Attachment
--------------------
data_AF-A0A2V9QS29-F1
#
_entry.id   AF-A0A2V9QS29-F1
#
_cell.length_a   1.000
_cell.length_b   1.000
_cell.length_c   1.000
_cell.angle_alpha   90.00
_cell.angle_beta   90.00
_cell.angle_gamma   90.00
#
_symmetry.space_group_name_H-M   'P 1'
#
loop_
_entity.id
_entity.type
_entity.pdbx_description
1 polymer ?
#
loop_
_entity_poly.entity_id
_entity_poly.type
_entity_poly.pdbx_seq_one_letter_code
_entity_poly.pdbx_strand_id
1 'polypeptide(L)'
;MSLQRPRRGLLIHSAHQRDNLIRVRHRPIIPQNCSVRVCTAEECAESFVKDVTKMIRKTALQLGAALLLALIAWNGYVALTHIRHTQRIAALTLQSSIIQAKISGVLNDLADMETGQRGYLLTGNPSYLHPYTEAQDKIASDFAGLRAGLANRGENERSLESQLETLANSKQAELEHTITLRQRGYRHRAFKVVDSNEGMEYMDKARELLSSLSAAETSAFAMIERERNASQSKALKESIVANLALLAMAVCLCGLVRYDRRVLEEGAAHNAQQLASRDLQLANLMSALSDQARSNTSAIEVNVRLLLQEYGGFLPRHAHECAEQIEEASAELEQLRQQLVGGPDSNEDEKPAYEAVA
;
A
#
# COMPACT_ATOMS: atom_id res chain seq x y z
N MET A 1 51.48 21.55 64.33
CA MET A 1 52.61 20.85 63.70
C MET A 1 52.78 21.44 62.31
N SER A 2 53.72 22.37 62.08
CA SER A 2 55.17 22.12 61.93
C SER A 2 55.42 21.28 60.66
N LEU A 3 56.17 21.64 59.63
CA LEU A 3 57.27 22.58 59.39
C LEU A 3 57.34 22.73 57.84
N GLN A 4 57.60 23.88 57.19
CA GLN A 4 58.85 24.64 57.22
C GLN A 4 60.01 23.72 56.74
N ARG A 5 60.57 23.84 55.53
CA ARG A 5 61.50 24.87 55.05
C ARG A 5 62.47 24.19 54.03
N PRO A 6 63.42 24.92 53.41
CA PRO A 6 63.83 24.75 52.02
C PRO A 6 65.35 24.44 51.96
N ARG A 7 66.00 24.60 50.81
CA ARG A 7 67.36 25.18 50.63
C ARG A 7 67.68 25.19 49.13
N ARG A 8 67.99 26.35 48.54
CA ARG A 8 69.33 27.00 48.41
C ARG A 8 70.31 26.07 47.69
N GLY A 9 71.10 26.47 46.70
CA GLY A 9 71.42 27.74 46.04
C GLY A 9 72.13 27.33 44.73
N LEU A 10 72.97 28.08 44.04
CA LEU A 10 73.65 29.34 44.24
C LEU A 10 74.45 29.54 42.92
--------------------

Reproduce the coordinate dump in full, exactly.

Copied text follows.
data_AF-A0A2V9QS29-F1
#
_entry.id   AF-A0A2V9QS29-F1
#
_cell.length_a   1.000
_cell.length_b   1.000
_cell.length_c   1.000
_cell.angle_alpha   90.00
_cell.angle_beta   90.00
_cell.angle_gamma   90.00
#
_symmetry.space_group_name_H-M   'P 1'
#
loop_
_entity.id
_entity.type
_entity.pdbx_description
1 polymer ?
#
loop_
_entity_poly.entity_id
_entity_poly.type
_entity_poly.pdbx_seq_one_letter_code
_entity_poly.pdbx_strand_id
1 'polypeptide(L)'
;MSLQRPRRGLLIHSAHQRDNLIRVRHRPIIPQNCSVRVCTAEECAESFVKDVTKMIRKTALQLGAALLLALIAWNGYVALTHIRHTQRIAALTLQSSIIQAKISGVLNDLADMETGQRGYLLTGNPSYLHPYTEAQDKIASDFAGLRAGLANRGENERSLESQLETLANSKQAELEHTITLRQRGYRHRAFKVVDSNEGMEYMDKARELLSSLSAAETSAFAMIERERNASQSKALKESIVANLALLAMAVCLCGLVRYDRRVLEEGAAHNAQQLASRDLQLANLMSALSDQARSNTSAIEVNVRLLLQEYGGFLPRHAHECAEQIEEASAELEQLRQQLVGGPDSNEDEKPAYEAVA
;
A
#
# COMPACT_ATOMS: atom_id res chain seq x y z
N MET A 1 51.48 21.55 64.33
CA MET A 1 52.61 20.85 63.70
C MET A 1 52.78 21.44 62.31
N SER A 2 53.72 22.37 62.08
CA SER A 2 55.17 22.12 61.93
C SER A 2 55.42 21.28 60.66
N LEU A 3 56.17 21.64 59.63
CA LEU A 3 57.27 22.58 59.39
C LEU A 3 57.34 22.73 57.84
N GLN A 4 57.60 23.88 57.19
CA GLN A 4 58.85 24.64 57.22
C GLN A 4 60.01 23.72 56.74
N ARG A 5 60.57 23.84 55.53
CA ARG A 5 61.50 24.87 55.05
C ARG A 5 62.47 24.19 54.03
N PRO A 6 63.42 24.92 53.41
CA PRO A 6 63.83 24.75 52.02
C PRO A 6 65.35 24.44 51.96
N ARG A 7 66.00 24.60 50.81
CA ARG A 7 67.36 25.18 50.63
C ARG A 7 67.68 25.19 49.13
N ARG A 8 67.99 26.35 48.54
CA ARG A 8 69.33 27.00 48.41
C ARG A 8 70.31 26.07 47.69
N GLY A 9 71.10 26.47 46.70
CA GLY A 9 71.42 27.74 46.04
C GLY A 9 72.13 27.33 44.73
N LEU A 10 72.97 28.08 44.04
CA LEU A 10 73.65 29.34 44.24
C LEU A 10 74.45 29.54 42.92